Just about everyone in Hollywood stars in the new movie "Valentine's Day."
The film reunites "Pretty Woman" director Garry Marshall with its star, Julia Roberts, and also features Bradley Cooper, Jessica Alba, Ashton Kutcher, Anne Hathaway, Topher Grace, Taylor Swift, Taylor Lautner, Jessica Biel, Eric Dane, Patrick Dempsey, Jennifer Garner, Queen Latifah, Jamie Foxx, Kathy Bates, George Lopez and Shirley MacLaine. Whew!
The movie takes a cue from Virginia Woolf's "Mrs. Dalloway," where the entire film occurs on one day, V-Day. From the beginning, the movie is a romantic masquerade with Kutcher at the center of the plot, waltzing in and out of storylines, as a florist who becomes more of a trusted confidant than salesman to his clients.
When Dempsey, who plays a heart surgeon, enters the flower shop with two orders (one for his wife and one for his girlfriend), Kutcher realizes that his best friend, a school teacher played by Garner, is Dempsey's unsuspecting mistress.
Quickly, other character identities are clarified. Hathaway plays a temporary receptionist, who's really a phone sex operator, who's actually a poet. Dane is a masculine football player on the verge of retirement, but he's really harboring a secret about his sexuality.
Roberts is a sexy army captain flying home for one night to see her sweetheart. But it turns out that she's not visiting her lover. MacLaine is a retired actress who's happily married to her soul mate, played by Hector Elizondo, until she confesses an indiscretion long ago. And the film's two self-professed V-Day haters, Biel, a publicist, and Foxx, a sportscaster, meet over work and by the end of the movie, mix business with pleasure.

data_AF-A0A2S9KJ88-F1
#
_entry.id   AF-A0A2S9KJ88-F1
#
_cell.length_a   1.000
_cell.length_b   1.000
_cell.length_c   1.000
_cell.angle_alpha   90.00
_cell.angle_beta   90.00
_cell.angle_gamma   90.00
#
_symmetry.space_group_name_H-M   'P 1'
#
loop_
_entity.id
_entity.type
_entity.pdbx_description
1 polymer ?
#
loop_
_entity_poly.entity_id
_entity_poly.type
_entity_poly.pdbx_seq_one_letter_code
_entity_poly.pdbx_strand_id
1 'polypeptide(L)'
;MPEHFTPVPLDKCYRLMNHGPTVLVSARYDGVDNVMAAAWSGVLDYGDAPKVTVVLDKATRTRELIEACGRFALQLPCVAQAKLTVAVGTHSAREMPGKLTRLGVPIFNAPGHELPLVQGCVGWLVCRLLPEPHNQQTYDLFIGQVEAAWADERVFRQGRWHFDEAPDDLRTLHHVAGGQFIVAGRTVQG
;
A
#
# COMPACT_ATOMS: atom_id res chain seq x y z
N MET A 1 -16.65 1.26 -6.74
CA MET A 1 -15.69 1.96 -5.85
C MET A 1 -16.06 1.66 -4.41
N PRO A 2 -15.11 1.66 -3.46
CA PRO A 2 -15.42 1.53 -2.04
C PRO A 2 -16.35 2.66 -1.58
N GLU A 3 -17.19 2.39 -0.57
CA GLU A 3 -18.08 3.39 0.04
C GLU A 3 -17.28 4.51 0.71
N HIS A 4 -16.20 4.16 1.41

Somehow, most of the characters intersect toward the end at an Indian restaurant for an anti-Valentine's Day dinner party hosted by Biel. Garner breaks a giant heart piñata, Foxx dances to Bollywood music, and Biel encourages guests to burn relics of romances past. While it's not exactly the "Slumdog Millionaire" dance-off finale, the scene triggers a series of happy endings and plenty of concluding kiss-and-cry moments for the characters and the audience to savor.
Even with all the star wattage, though, the reviews have been tepid. Movie critic Marshall Fine calls the movie the "equivalent of an elaborately wrapped package which turns out to contain only styrofoam peanuts."
What may be more interesting, and probably just as convoluted as the movie's storyline, is the actual love lives of some of the cast members. See if you can follow their real-life romantic storylines below: